(f) retention means for releasably retaining said magazine in said camera-- 2. A camera according to Claim 1 having an objective and including film guiding means within said compartment for supporting said intermediate film portion in the focal plane of the objective when said magazine is positioned in said camera.

3. A camera according to Claim 1 in which said retention means defines an opening to permit at least a portionof said wall member to be visible fromthe camera exterior.

4. A double chamber film magazine for use in a photographic camera, the camera having means for receiving the magazine and for cooperating with the magazine to form a lighttight seal therewith, the magazine comprising:

first and second spaced casings defining light-tight film chambers, each of said casings having two end portions and having means defining openings through which film can pass into and out of the chambers;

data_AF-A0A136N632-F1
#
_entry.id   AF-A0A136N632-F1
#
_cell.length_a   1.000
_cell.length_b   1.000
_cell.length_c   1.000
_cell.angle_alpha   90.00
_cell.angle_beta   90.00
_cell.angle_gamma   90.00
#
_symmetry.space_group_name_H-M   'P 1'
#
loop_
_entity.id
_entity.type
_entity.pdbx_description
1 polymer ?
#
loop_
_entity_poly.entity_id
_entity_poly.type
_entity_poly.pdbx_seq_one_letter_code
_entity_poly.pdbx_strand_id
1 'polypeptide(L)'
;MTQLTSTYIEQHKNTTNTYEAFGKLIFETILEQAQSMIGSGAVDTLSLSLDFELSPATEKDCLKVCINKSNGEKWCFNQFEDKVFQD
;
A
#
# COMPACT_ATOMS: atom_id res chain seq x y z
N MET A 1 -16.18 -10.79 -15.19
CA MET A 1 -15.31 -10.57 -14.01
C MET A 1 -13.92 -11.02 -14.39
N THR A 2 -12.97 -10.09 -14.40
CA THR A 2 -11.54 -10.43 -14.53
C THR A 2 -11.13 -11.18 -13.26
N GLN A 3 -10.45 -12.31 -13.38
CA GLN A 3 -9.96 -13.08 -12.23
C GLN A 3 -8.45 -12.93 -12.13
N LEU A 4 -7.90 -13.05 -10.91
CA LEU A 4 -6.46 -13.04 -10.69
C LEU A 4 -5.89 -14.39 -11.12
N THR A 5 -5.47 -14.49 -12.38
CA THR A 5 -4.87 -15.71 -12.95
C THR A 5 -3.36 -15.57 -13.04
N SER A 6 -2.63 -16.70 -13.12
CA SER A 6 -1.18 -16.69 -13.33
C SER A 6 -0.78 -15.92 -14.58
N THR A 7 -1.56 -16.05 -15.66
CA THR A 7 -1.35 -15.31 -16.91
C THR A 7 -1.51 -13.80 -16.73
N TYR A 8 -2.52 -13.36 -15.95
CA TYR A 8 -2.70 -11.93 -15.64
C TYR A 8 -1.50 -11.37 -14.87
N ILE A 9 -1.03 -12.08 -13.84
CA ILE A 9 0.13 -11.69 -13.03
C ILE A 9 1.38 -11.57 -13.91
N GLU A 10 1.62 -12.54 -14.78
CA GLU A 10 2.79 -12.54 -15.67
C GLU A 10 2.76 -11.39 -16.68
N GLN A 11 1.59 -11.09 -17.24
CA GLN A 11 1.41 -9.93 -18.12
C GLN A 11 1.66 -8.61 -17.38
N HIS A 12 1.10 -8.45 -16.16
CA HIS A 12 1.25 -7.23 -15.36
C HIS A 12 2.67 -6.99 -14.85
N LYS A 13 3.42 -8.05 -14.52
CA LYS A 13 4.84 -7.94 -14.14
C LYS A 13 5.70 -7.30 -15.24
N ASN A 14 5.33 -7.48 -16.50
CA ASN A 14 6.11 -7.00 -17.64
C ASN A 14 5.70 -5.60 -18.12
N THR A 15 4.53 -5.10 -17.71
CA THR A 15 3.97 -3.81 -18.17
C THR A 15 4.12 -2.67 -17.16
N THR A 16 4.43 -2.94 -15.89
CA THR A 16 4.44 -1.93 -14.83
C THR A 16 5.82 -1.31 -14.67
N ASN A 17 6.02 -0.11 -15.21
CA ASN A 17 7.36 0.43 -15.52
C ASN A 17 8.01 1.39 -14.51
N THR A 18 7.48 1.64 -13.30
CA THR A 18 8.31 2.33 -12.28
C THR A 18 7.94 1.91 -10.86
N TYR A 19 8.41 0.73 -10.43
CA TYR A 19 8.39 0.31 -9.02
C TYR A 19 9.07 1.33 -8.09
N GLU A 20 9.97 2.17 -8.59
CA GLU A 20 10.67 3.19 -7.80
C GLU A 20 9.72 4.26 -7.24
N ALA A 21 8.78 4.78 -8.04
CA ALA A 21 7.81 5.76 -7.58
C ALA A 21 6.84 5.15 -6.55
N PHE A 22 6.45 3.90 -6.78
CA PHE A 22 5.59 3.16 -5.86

.connecting means joined to said casings at only one end portion of 'each casing, respectively, "to form the magazine, said casings being spaced a predetermined distance by said connecting means and across which space film from one casing can pass to the other casing; and,

with the camera to form a light-tight seal for shielding film in the space between the casings from ambient light when the magazine is in the camera.

5. A double chamber film magazine .for use with a camera having light sealing means adapted to cooperate with the magazine, the magazine'comprising? sealing means on said connecting means for cooperating (a) an elongate film supply casing having two ends and defining a film supply chamber and a first longitudinal axis;